B. Contractionary Fiscal Policy: Contractionary means to shrink. So Contractionary Fiscal policy is designed to shrink the economy (¯ GDP). Why would you ever want to shrink GDP? We can see why in the AgD-AS graph. Look what happens to the level of PL as we shift from AgD’ to AgD’’. The PL falls as GDP shrinks. That means that one way to defeat inflation is to create a recession (falling GDP). Have we ever done this? Yes, we have.
1) Decreased Government Spending
A decrease in government spending causes the AE curve to shift down, leading to lower GDP and PL (decreases inflation)
2) Tax Increases
Increases in taxes leave less money in the hands of individuals (YD), so they spend less (↓C), and that causes AE to fall, creating less GDP. But the PL also falls.
Increases in corporate taxes causes profits to fall, decreasing the return on investment. Firms make fewer investments and AE falls, causing GDP to fall as well. But the PL also falls.
Increases in personal taxes also effects businesses, because people have less money in their hands (YD), so they save less, causing interest rates to rise, making it more expensive to invest, so firms invest less. AE falls, GDP decreases and so does the PL.
3) Combined Tax Increases and Decreased Government Spending: Obviously, combining both contractionary tools causes GDP to fall faster, and PL to decrease faster. It also creates surpluses by government raising taxes and cutting spending.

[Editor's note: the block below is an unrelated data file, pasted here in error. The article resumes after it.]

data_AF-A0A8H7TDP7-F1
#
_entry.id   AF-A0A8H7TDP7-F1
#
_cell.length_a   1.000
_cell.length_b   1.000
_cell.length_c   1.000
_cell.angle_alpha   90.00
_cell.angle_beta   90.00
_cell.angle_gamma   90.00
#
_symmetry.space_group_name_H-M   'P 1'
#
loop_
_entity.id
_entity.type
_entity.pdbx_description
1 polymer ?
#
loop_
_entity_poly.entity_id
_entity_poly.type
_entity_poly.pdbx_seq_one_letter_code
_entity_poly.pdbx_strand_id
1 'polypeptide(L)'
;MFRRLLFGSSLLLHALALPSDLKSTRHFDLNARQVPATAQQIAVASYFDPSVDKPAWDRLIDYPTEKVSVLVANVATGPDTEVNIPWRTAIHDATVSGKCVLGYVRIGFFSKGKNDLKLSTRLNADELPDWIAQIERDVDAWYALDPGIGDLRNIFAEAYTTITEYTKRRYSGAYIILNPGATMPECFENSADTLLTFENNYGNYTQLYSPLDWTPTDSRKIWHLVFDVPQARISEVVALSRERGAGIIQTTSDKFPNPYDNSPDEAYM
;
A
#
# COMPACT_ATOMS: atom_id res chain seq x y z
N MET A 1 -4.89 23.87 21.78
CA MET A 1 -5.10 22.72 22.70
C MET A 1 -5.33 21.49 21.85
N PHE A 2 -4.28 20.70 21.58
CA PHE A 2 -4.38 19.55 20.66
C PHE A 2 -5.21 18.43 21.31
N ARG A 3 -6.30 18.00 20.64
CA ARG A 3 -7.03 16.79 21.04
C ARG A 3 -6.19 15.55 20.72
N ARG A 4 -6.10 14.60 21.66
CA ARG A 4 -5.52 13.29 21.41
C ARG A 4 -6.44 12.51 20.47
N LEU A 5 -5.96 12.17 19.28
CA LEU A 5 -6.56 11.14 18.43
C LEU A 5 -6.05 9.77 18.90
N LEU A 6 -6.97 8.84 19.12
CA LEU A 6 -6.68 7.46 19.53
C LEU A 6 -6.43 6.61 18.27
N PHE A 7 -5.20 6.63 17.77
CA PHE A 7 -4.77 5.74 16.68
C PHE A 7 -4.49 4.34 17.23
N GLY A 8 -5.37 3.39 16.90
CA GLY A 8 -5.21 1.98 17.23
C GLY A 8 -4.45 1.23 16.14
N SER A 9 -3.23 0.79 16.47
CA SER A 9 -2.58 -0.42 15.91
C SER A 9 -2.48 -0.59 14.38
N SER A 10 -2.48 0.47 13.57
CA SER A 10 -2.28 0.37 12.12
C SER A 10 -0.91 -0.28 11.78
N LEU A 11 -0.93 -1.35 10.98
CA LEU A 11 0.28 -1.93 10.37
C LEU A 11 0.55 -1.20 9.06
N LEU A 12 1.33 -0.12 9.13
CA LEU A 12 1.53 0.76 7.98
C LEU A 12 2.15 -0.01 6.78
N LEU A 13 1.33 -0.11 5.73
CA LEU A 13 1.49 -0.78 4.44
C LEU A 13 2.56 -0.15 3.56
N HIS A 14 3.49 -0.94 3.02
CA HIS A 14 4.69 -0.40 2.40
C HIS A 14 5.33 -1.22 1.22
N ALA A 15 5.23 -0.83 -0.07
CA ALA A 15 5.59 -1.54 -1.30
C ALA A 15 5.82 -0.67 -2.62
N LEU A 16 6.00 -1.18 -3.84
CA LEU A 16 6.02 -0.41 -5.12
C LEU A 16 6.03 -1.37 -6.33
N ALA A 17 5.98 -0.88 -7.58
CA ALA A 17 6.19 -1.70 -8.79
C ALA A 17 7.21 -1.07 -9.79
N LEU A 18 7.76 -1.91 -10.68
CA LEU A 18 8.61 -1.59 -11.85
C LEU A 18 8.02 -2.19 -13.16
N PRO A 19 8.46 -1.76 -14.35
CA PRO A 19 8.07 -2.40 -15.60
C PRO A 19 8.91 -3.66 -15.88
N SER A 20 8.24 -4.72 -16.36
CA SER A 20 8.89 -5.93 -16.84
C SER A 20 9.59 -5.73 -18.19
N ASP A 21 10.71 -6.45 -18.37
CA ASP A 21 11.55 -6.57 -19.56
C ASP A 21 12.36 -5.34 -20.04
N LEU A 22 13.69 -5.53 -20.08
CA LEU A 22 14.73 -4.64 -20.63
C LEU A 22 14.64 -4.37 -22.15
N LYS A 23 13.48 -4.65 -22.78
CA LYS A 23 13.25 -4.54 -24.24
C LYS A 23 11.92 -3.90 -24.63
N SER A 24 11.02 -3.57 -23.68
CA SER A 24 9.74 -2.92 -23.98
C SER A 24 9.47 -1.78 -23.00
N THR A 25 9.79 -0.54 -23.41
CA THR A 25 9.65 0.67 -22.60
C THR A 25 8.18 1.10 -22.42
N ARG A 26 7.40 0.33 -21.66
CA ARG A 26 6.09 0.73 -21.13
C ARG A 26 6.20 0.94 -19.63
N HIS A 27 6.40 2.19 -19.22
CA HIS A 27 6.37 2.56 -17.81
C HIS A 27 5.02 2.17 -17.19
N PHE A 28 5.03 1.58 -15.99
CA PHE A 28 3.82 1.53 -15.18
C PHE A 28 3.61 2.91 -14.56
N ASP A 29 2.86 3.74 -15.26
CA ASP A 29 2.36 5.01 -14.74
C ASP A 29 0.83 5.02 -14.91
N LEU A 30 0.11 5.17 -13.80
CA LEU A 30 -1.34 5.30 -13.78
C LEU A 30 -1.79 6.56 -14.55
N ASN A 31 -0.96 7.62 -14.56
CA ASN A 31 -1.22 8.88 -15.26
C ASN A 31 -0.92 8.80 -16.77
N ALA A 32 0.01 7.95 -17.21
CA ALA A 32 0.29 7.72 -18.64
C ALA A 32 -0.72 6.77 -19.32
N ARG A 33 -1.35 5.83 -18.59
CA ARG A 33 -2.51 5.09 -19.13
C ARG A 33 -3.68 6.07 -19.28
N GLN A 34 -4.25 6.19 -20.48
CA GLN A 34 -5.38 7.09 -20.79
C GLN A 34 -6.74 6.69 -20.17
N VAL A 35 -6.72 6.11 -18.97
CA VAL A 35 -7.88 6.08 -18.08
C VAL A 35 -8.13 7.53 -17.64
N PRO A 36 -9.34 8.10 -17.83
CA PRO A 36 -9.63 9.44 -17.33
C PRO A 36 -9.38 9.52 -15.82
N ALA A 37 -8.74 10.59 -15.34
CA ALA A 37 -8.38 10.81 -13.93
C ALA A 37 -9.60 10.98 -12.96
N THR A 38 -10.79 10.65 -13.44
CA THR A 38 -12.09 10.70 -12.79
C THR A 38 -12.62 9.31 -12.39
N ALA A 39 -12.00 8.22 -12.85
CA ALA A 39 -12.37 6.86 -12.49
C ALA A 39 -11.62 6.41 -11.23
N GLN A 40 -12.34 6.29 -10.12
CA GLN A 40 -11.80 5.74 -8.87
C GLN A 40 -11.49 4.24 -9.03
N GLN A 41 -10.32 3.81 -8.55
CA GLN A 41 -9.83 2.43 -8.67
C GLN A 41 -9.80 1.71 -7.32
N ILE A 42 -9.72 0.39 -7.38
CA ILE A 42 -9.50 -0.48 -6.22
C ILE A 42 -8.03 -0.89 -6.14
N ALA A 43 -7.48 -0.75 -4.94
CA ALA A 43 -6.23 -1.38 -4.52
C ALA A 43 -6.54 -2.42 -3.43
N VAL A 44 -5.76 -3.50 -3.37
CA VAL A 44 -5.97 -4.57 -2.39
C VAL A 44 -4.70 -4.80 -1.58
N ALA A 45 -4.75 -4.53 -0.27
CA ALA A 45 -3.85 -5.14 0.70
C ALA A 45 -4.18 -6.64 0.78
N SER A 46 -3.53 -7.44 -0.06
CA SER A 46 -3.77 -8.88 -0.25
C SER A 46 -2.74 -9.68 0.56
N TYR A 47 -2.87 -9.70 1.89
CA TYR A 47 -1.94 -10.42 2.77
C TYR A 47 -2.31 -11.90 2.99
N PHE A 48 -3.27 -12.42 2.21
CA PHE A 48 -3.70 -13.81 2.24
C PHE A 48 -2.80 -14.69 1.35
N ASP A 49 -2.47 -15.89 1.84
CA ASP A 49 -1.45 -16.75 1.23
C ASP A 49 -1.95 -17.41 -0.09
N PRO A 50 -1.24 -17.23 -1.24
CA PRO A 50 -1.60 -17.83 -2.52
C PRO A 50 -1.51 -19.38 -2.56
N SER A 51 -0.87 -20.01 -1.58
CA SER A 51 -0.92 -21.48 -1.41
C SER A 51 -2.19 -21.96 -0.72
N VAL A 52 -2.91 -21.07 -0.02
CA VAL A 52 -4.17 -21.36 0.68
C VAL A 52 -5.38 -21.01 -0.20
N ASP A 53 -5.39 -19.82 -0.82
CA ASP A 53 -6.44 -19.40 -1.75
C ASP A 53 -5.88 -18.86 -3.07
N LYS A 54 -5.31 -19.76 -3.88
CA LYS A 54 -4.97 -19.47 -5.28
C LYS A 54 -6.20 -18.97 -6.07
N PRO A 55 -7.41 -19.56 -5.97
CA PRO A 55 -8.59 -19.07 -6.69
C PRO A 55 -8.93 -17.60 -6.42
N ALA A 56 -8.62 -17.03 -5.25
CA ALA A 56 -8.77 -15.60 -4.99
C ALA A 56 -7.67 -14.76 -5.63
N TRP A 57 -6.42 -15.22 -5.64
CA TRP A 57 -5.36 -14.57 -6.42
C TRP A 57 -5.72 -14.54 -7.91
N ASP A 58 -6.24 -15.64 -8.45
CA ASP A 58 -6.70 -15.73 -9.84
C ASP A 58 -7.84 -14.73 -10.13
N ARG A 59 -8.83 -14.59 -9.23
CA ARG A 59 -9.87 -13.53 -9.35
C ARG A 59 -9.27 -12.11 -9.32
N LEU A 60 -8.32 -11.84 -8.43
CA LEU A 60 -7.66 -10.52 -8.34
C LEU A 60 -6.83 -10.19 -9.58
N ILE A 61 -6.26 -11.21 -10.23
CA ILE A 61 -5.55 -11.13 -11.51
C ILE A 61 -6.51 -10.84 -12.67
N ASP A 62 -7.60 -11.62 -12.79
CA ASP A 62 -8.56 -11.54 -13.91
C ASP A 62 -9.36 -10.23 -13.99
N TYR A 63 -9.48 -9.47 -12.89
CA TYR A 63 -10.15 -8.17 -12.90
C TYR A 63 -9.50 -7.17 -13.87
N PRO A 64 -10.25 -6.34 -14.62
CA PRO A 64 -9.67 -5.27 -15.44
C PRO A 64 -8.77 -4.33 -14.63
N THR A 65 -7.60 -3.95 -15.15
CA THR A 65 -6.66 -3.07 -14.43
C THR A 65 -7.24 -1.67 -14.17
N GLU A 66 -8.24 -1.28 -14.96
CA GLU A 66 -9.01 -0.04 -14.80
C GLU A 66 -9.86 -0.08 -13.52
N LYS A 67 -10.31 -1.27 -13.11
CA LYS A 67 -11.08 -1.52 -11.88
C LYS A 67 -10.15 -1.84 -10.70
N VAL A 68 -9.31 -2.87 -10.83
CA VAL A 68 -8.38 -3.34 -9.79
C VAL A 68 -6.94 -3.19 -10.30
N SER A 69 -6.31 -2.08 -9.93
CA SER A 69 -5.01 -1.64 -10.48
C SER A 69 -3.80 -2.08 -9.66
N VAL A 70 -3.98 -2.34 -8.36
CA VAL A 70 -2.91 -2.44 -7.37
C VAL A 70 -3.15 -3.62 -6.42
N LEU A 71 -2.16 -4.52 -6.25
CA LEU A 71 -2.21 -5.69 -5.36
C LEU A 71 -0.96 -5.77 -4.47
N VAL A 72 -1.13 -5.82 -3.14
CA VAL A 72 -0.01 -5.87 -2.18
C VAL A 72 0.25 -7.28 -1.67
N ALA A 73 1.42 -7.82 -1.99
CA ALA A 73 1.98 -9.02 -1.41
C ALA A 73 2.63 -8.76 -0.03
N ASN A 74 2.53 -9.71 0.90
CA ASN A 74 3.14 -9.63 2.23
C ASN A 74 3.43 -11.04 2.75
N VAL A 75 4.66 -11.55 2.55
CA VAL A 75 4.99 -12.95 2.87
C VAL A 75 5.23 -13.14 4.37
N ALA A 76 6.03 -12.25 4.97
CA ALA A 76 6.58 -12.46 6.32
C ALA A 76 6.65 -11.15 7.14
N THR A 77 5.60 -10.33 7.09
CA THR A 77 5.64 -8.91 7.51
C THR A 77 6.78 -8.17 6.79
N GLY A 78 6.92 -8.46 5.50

C. Financing of Deficits and Disposing of Surpluses
What do we do with the surpluses? Can we use them to pay off the debt? Generally, the answer is “no”. If we simply take that money and pay off debts by calling in government bonds, then money is injected into the system (Incomes rise). That would cause GDP to rise again – and PL with it.
1) Borrowing vs New Money
– Borrowing from the Public: The government borrows from the public by issuing government bonds. When you buy a government bond, you’ve lent the government your money – which they promise to pay back with interest. You are acting as a bank. The more they borrow from you, the less you have in cash, on hand.
It also does the same to businesses through consumers having less left to save:
– Money Creation: printing money seems like a painless way to pay debt – but when you print money to pay off government’s bills, more money is in the hands of the public (which they can then spend). This causes C to rise – increasing AE and GDP.
2) Debt Retirement vs Idle Surplus
– Debt Reduction
– Idle Surplus
D. Policy Options: G or T?
III. Built in Stability
A. Automatic Stabilizers
B. Economic Importance
C. Tax Progressivity
– Progressive Tax system
– Regressive Tax System
– Proportional Tax System
IV. Evaluating Fiscal Policy
A. Full-Employment Budget
B. Recent U.S. Fiscal Policy
V. Problems, Criticisms and Complications
A. Problems of Timing
1) Recognition Lag
2) Administrative Lag
3) Operational Lag
B. Political Considerations
– Political Business Cycles
C. Future Policy Reversals
D. Offsetting State and Local Finance
E. Crowding Out Effect
F. Graphical Presentation
G. Criticisms of the Crowding Out Effect
H. Fiscal Policy in the Open Economy
1) Shocks Originating from Abroad
2) Net Export Effect